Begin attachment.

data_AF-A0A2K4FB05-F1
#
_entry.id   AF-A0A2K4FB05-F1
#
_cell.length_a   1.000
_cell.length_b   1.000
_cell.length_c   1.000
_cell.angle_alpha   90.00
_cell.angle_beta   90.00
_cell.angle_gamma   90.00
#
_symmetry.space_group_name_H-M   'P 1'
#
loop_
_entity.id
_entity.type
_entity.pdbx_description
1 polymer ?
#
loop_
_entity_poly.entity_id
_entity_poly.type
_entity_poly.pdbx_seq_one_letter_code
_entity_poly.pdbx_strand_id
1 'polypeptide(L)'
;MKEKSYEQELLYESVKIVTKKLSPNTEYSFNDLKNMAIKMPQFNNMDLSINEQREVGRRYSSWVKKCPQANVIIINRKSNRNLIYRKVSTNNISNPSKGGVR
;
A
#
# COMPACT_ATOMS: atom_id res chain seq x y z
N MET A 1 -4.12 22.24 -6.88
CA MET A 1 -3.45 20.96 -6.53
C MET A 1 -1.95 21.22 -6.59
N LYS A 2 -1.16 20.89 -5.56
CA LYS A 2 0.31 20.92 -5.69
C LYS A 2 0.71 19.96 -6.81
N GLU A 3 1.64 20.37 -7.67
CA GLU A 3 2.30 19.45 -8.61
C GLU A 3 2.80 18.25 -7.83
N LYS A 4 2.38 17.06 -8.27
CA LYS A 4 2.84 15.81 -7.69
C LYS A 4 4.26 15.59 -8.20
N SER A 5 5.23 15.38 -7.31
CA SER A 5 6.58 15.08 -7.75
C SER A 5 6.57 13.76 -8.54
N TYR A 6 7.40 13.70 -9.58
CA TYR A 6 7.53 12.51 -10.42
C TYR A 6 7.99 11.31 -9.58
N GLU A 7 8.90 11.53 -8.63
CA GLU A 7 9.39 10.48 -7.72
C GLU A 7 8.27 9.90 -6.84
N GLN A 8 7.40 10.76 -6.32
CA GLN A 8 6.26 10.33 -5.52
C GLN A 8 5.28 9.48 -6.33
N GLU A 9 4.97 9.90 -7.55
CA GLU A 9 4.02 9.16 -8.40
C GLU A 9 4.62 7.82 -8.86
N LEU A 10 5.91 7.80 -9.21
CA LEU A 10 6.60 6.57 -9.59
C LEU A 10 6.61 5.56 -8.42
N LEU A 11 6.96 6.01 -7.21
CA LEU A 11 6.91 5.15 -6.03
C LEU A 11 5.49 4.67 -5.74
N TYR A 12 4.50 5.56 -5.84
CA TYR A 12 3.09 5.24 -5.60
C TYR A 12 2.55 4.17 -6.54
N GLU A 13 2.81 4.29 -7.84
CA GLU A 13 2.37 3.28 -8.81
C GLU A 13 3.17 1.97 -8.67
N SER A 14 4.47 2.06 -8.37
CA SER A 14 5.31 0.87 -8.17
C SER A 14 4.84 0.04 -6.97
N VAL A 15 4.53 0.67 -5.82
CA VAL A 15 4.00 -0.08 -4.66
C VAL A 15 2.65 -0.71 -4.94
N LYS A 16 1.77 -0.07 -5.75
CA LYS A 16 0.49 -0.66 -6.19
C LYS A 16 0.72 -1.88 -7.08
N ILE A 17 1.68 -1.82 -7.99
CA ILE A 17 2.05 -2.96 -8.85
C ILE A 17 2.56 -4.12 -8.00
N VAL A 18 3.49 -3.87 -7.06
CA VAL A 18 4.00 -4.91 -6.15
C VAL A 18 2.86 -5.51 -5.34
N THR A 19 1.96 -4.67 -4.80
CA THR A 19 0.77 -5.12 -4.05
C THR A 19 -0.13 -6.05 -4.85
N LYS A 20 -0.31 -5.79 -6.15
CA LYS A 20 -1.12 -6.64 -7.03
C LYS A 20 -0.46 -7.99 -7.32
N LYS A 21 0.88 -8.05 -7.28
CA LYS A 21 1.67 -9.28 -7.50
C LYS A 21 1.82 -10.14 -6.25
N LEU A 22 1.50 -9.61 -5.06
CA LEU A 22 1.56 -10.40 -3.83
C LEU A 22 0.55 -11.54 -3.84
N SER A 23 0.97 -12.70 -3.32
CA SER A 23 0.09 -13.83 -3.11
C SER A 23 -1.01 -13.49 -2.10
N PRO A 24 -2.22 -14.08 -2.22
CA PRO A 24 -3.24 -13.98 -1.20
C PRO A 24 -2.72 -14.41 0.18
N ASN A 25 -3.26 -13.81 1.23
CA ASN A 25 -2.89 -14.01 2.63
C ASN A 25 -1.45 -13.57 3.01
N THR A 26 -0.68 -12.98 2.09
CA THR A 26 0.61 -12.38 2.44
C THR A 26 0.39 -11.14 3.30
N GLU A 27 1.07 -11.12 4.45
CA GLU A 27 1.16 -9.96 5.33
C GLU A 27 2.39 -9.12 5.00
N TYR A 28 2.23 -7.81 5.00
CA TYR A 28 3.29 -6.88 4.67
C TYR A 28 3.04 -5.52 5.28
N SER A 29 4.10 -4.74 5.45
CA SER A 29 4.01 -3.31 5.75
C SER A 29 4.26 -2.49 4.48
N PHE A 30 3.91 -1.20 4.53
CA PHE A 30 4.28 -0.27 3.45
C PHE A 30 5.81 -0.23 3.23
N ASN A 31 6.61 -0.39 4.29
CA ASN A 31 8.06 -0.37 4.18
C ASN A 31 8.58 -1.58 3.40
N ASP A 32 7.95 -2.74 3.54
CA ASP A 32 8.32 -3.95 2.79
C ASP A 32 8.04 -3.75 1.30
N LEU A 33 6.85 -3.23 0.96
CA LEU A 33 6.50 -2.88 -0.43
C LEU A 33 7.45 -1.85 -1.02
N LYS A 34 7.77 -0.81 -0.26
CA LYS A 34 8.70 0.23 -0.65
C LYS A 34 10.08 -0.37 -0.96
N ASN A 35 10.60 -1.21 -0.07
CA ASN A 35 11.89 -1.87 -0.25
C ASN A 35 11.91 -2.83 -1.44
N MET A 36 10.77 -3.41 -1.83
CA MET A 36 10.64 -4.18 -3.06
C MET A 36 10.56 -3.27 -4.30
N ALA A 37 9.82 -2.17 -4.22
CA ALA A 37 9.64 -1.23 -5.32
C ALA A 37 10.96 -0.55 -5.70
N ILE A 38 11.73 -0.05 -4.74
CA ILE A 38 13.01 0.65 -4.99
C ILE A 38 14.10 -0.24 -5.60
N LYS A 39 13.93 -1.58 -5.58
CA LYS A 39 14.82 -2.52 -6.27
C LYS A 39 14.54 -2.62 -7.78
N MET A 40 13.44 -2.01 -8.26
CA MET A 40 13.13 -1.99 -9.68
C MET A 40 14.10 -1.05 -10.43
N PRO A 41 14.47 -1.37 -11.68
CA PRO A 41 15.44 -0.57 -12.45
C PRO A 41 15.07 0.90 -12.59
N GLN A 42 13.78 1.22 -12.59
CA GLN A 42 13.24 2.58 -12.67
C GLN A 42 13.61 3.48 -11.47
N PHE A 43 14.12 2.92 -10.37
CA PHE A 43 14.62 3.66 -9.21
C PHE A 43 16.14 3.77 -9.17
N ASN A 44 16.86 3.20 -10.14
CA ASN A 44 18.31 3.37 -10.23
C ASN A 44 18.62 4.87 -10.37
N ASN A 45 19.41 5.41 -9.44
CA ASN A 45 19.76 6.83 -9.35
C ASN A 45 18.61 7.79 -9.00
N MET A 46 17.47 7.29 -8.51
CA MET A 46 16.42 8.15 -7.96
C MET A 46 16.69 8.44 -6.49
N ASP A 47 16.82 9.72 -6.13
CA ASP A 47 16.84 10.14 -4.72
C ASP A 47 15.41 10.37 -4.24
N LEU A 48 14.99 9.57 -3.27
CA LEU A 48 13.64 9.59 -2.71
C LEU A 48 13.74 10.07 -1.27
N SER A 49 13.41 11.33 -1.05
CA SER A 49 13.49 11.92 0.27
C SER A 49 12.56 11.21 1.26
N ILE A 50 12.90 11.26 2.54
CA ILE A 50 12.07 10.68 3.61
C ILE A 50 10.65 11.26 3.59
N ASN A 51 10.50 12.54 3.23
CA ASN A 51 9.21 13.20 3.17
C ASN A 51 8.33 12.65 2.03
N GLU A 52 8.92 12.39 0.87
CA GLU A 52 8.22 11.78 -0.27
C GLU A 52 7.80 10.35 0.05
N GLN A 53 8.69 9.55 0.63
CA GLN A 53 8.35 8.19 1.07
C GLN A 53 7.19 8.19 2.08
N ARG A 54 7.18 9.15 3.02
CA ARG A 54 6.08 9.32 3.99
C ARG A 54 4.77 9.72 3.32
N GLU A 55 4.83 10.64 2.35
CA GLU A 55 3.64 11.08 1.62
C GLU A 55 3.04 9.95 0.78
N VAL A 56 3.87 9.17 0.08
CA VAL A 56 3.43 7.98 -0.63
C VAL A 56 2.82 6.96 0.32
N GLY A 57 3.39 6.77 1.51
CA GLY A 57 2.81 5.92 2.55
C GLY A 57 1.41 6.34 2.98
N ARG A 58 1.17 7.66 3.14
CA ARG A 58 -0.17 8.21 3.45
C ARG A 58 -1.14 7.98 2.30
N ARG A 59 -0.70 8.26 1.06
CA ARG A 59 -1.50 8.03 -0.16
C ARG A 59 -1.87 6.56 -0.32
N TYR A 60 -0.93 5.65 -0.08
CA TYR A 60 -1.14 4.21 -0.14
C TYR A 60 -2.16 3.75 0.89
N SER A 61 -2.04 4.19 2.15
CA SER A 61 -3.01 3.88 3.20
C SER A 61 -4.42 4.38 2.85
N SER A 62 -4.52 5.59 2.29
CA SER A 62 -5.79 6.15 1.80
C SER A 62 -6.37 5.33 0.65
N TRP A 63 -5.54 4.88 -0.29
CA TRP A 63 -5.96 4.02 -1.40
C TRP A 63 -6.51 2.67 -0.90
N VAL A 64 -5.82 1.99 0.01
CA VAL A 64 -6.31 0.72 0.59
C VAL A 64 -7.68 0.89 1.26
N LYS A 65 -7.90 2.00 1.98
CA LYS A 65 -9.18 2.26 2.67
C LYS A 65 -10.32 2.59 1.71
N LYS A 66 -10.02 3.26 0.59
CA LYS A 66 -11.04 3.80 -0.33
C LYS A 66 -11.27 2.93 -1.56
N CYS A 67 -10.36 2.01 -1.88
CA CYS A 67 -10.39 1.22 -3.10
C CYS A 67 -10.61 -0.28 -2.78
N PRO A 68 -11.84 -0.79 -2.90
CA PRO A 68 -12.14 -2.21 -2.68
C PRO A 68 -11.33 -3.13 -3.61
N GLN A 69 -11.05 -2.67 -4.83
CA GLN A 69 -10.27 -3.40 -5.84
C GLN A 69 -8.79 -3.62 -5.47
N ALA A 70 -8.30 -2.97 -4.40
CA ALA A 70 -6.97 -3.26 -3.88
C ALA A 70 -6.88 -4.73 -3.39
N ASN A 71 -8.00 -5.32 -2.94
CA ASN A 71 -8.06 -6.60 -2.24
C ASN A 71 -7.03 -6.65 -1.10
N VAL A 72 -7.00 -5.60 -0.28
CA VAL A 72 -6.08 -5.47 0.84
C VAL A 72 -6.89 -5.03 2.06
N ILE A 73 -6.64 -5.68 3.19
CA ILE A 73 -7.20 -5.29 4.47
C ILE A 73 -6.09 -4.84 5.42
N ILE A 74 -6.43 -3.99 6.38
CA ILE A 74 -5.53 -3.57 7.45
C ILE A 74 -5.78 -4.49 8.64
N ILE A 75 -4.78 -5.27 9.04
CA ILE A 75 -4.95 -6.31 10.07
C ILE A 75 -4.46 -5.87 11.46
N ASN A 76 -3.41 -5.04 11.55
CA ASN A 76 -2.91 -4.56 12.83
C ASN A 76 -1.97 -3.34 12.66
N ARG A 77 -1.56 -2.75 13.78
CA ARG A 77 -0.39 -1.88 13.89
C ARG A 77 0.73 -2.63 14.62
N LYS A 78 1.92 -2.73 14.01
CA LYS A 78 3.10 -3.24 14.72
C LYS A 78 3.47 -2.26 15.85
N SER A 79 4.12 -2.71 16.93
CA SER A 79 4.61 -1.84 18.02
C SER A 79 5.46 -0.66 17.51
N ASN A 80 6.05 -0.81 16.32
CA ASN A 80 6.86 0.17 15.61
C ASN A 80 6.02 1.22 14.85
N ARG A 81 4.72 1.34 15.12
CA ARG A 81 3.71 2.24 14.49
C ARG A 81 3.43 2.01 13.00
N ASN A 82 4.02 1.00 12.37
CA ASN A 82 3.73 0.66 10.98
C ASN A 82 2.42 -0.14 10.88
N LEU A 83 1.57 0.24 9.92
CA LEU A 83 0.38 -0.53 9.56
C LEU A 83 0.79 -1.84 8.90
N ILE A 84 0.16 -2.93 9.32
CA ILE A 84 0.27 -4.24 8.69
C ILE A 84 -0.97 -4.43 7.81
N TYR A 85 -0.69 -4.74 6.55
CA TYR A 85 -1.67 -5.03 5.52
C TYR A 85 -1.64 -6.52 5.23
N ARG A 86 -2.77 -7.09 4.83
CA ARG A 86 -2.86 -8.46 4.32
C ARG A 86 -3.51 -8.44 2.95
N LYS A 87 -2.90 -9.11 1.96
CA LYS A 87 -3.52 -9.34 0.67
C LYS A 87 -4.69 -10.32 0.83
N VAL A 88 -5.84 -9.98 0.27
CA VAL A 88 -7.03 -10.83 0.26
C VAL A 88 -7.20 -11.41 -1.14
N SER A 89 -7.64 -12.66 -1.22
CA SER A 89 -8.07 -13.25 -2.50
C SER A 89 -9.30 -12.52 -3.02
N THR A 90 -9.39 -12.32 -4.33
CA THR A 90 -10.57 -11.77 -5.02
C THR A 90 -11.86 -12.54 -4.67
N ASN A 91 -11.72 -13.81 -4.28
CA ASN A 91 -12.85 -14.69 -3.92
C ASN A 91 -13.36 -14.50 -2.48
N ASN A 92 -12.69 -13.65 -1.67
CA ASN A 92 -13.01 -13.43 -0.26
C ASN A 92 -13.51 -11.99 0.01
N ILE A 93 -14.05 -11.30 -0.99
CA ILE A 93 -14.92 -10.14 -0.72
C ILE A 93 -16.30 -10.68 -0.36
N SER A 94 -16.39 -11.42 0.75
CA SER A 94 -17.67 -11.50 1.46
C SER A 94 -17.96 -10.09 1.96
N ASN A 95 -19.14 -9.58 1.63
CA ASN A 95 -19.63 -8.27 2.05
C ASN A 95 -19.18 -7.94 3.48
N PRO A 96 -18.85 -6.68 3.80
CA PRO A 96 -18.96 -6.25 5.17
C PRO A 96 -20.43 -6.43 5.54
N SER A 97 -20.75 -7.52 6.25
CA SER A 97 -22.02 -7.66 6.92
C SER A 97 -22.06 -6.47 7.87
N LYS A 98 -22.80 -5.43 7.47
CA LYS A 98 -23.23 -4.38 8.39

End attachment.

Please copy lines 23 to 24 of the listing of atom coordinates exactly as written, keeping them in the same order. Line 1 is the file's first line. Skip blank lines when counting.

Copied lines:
_entity_poly.pdbx_seq_one_letter_code
_entity_poly.pdbx_strand_id